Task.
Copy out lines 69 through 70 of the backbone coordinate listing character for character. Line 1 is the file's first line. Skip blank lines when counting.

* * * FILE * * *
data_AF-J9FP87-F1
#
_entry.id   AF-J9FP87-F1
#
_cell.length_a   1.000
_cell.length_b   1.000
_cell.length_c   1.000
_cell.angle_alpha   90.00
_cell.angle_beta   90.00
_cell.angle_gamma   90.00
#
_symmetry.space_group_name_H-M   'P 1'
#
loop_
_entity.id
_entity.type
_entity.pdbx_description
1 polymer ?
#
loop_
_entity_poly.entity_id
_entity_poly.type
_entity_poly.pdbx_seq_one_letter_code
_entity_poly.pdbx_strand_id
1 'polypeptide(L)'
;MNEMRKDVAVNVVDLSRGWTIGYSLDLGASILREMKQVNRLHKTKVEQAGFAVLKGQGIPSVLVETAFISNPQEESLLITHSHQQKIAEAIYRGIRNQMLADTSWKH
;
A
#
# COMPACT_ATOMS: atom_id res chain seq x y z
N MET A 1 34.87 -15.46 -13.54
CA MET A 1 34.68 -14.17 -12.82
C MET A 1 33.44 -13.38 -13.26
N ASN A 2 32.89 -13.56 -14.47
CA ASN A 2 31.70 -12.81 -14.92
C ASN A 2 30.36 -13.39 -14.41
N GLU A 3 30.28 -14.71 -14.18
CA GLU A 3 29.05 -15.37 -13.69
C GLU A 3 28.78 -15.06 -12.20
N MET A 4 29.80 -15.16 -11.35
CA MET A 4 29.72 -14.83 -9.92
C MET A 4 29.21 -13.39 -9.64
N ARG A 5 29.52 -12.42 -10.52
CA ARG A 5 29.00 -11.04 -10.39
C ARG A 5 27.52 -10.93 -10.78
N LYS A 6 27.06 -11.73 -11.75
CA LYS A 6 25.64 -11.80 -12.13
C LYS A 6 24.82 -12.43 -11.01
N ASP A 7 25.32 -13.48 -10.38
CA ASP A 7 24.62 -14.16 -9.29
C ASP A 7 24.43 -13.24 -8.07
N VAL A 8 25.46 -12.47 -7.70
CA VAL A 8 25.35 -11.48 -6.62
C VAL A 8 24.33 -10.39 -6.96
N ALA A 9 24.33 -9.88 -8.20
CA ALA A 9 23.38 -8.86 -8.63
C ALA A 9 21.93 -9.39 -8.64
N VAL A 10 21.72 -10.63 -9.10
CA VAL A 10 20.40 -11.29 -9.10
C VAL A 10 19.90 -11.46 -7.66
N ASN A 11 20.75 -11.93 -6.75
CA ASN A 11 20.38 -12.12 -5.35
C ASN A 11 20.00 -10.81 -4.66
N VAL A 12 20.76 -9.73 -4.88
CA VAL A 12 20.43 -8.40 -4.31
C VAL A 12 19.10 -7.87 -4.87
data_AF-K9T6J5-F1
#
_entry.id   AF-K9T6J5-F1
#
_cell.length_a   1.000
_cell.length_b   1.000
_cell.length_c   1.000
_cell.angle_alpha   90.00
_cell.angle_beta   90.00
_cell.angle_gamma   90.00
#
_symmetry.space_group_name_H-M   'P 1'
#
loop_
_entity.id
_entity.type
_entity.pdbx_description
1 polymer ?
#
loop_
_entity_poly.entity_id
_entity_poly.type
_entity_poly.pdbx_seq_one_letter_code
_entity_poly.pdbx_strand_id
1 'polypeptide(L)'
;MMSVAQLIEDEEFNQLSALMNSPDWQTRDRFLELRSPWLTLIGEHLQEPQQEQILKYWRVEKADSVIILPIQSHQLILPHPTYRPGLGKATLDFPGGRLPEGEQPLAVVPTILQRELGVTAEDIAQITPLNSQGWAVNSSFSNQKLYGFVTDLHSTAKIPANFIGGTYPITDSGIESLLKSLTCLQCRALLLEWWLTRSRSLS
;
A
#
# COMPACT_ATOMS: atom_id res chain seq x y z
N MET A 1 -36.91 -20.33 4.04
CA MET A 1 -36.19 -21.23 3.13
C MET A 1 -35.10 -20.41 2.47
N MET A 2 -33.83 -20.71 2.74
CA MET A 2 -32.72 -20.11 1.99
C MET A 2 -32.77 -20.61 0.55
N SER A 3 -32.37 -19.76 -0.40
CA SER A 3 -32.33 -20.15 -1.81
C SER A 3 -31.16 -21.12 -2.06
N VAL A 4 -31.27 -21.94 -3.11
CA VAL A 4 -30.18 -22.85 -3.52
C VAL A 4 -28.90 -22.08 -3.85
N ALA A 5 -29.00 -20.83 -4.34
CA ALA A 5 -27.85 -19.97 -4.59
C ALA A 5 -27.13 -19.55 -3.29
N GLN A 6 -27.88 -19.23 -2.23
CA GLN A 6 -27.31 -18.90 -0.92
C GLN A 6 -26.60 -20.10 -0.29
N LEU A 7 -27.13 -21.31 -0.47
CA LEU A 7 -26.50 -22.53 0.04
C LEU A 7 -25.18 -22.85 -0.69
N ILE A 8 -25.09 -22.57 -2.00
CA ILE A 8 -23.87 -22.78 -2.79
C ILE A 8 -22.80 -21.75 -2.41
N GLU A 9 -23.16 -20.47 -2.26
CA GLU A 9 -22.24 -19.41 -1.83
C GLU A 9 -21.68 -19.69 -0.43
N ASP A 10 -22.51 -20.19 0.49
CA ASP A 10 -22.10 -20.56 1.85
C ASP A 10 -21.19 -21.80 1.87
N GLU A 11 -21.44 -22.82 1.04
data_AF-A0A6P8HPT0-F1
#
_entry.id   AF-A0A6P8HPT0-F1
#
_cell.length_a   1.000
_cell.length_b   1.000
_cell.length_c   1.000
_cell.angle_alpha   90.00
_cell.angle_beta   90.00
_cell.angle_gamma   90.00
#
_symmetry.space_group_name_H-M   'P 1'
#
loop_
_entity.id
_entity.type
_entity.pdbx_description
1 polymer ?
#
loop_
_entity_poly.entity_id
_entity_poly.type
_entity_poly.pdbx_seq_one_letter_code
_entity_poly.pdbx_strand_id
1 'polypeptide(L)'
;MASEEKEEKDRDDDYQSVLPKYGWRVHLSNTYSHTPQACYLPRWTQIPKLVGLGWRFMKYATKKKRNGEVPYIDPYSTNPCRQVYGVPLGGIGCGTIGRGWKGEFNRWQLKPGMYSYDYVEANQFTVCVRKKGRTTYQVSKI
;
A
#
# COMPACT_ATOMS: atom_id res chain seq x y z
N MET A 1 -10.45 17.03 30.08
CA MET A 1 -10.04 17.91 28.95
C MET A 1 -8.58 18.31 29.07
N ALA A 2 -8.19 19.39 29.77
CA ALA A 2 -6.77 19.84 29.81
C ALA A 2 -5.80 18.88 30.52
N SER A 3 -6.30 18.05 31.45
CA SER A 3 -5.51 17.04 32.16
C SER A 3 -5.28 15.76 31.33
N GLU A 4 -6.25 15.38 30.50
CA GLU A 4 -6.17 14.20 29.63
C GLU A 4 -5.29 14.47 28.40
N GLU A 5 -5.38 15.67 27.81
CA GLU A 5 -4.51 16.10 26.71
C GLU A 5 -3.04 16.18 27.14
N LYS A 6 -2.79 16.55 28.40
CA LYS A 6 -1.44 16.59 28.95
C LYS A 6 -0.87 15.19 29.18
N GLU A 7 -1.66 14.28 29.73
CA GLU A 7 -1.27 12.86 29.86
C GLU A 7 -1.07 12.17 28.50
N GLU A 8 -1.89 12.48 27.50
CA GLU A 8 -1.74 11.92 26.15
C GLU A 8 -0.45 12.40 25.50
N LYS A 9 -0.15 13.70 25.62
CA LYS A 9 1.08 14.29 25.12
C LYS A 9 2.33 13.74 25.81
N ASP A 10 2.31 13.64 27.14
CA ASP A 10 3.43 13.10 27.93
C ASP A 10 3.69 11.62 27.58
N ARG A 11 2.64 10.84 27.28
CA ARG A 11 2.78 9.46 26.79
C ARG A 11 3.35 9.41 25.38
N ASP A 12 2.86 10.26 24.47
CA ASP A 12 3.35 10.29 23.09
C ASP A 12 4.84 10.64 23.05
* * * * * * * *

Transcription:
_entry.id   AF-K9T6J5-F1
#